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These locomotives have a step in the middle of the rear walkway upon which the drop set is mounted.  The drop step on the front of the locomotive had to be raised to an equal height in order for them to line up at the same height on m.u.’ed locomotives.  The kit has a part for this step on the rear platform, but the step for the front platform was not included. I scratch built these out of some pretty small pieces of styrene shapes.

There are some very small details that I still need to add, but I think I’ll do the end handrails on 8152 next.

Ore Cars Part 18 – Poorly designed Kato trucks

The members at the club advised me that the Kato Barber S-2 70 ton truck is the preferred option my ore car project.  These particular trucks feature roller bearing faces that actually rotate with the wheels.  A few of the members pooled their resources and bought the 16 pairs of trucks I needed for this project, so I set about readying them for the cars that they would eventually be mounted beneath.

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These are supremely smooth rolling trucks, and the detail is outstanding.  As I went through them to install the roller bearing caps and prep them for paint and weathering, I discovered that they didn’t conform to NMRA standards.  The gauge on all of the wheel sets was uniformly too tight.

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A simple opposing twist of the wheels slides the wheels  outward from each other, but then things got a bit complicated.

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These trucks are not designed with needle ends that fit into conical impressions in the back of the truck frame, like standard old-school plastic trucks.  In order to get the animated affect of the roller bearings, Kato designed the axles with a finely machined race just inboard from the ends of each axle.  The race snaps into the plastic truck sideframe from underneath and the roller bearing caps fit onto the ends of the axles.  Kato gets extremely smooth performance out of this approach.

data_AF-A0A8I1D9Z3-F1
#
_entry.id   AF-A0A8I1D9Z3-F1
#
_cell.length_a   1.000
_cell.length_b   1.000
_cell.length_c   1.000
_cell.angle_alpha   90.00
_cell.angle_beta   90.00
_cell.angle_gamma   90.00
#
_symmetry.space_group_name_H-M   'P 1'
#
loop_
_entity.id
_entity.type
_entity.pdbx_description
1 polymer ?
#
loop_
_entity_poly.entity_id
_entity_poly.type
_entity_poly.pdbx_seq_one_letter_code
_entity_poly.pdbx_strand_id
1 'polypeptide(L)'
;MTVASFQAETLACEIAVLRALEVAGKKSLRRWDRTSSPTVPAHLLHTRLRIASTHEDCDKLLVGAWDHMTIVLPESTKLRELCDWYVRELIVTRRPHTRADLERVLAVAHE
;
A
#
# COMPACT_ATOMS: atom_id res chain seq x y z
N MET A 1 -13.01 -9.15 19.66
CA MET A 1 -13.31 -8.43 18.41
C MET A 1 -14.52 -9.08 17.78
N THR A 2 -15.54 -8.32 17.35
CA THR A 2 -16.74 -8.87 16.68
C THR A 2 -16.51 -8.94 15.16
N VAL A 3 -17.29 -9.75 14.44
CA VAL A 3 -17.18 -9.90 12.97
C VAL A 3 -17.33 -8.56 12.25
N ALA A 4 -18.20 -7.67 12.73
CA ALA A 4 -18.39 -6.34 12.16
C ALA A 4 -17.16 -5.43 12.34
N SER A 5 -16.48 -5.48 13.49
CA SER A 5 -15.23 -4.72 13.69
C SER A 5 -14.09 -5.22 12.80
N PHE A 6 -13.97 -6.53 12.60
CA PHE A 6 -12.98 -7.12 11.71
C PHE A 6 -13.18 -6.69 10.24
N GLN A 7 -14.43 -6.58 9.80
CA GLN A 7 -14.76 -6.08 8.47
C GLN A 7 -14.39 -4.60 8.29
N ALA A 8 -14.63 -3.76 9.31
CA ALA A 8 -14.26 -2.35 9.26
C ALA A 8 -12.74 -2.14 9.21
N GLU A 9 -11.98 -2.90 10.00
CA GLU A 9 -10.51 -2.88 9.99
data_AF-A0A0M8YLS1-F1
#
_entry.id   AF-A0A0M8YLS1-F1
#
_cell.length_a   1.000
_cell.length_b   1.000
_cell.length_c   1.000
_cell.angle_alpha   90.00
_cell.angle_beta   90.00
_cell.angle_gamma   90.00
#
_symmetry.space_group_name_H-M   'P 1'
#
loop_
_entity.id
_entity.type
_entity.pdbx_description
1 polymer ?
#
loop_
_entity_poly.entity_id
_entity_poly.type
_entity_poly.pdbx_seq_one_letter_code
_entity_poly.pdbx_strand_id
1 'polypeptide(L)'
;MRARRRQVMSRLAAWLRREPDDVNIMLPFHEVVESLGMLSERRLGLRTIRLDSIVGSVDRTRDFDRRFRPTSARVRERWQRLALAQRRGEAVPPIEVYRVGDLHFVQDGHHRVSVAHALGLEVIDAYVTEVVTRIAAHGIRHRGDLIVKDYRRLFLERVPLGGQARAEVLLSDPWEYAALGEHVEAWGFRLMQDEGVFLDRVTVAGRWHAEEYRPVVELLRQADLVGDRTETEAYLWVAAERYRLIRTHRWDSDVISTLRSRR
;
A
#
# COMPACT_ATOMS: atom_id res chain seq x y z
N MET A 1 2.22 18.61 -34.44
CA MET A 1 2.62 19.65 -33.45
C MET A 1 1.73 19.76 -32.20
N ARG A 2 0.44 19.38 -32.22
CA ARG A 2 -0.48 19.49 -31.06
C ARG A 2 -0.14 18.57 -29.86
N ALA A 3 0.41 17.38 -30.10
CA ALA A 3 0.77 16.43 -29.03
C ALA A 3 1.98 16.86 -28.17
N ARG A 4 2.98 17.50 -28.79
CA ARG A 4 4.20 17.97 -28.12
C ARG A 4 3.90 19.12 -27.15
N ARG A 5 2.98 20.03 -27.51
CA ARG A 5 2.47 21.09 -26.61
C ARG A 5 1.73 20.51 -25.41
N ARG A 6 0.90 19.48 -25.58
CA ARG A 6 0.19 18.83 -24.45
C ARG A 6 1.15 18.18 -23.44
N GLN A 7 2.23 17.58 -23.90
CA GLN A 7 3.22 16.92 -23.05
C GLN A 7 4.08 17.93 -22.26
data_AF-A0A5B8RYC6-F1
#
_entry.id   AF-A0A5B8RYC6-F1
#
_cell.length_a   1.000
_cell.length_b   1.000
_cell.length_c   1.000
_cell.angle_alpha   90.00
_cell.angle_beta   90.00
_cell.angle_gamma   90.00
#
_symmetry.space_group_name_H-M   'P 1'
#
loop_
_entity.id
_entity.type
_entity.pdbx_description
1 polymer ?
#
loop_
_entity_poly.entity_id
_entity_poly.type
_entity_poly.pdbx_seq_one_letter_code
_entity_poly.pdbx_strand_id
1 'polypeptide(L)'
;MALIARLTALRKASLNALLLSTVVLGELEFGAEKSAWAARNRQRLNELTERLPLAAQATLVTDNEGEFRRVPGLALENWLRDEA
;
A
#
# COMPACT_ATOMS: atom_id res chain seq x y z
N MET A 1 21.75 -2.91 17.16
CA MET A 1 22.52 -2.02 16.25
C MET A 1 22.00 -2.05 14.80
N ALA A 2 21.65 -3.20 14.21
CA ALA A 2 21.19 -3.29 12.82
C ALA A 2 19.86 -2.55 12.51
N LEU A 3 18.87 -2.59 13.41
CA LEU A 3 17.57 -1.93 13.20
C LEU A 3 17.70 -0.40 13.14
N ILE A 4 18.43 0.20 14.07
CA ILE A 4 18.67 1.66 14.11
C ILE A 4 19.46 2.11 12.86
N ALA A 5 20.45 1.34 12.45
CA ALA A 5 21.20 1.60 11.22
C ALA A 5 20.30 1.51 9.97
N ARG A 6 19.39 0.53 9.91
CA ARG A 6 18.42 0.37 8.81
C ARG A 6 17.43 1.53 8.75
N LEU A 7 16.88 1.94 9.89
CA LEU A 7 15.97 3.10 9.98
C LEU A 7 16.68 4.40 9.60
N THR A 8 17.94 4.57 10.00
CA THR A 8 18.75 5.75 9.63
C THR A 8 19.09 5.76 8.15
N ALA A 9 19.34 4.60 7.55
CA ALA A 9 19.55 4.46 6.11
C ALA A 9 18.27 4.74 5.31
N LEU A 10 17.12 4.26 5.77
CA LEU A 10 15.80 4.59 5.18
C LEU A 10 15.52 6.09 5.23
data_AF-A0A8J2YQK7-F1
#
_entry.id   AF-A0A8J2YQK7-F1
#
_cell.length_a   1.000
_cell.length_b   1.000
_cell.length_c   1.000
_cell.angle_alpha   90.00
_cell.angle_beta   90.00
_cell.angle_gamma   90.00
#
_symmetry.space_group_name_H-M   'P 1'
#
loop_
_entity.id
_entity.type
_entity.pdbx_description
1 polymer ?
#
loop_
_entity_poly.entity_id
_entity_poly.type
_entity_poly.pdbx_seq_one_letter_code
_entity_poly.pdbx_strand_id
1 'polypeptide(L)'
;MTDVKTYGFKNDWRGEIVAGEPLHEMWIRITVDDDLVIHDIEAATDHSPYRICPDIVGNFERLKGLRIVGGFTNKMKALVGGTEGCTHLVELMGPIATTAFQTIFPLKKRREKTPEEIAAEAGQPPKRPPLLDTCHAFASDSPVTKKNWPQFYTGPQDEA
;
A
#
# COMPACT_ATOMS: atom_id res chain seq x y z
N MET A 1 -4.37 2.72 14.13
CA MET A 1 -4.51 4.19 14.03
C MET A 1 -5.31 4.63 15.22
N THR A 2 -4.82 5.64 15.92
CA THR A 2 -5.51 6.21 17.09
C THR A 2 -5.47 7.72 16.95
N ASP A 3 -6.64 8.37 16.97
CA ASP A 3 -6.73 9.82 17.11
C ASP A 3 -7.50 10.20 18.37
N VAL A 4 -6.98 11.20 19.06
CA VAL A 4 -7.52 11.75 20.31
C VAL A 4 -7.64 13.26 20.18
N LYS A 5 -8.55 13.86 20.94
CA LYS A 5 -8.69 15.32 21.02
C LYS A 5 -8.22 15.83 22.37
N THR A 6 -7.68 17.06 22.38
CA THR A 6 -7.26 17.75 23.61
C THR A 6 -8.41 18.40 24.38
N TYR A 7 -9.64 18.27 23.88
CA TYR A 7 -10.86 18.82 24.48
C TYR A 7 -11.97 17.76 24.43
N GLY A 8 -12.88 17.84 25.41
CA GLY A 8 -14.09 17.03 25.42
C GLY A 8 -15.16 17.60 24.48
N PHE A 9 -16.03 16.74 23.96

However, when the wheel sets are pulled into gauge, too much friction is created between the inner edge of the race and the side frame.  The trucks roll very poorly when set to the NMRA standard, and some sets would not roll at all.  This would be great for modelling cars with the hand brakes applied, but otherwise it looked like we might have to return them and find another solution.

Before I completely threw in the towel on these, I found that if I set the wheels to be at the very minimum to meet the NMRA standard, the trucks still roll well. The adjustment had to be very precise, because if I set them even the tiniest bit too wide, they wouldn’t spin when they were mounted.  In the photo above, you might notice that this wheelset is set as tight as it can be and still conform to the standard.  For those of you keeping score, that’s 16 cars or 32 trucks, or 64 wheelsets.

They don’t roll as nicely as they did when they came out of the box, but they still roll well.  Anyone using flextrack and commercial switches on any kind of “normal” layout would probably never have a problem with using these trucks straight out of the box.  But our layout is anything but normal.  The magnitude of what what we’re undertaking pushes everything to the extreme.  We wear out and rebuild model locomotives that would serve the typical hobbyist a lifetime without any kind of failure, so we’re quite disciplined at adhering to standards.

In the end, we decided that we could use the Kato trucks as long as each wheel set was very precisely tuned to be in gauge and still roll reasonably well.  You can see that they are very nice models of the Barber S-2, so I’m pleased that it worked out.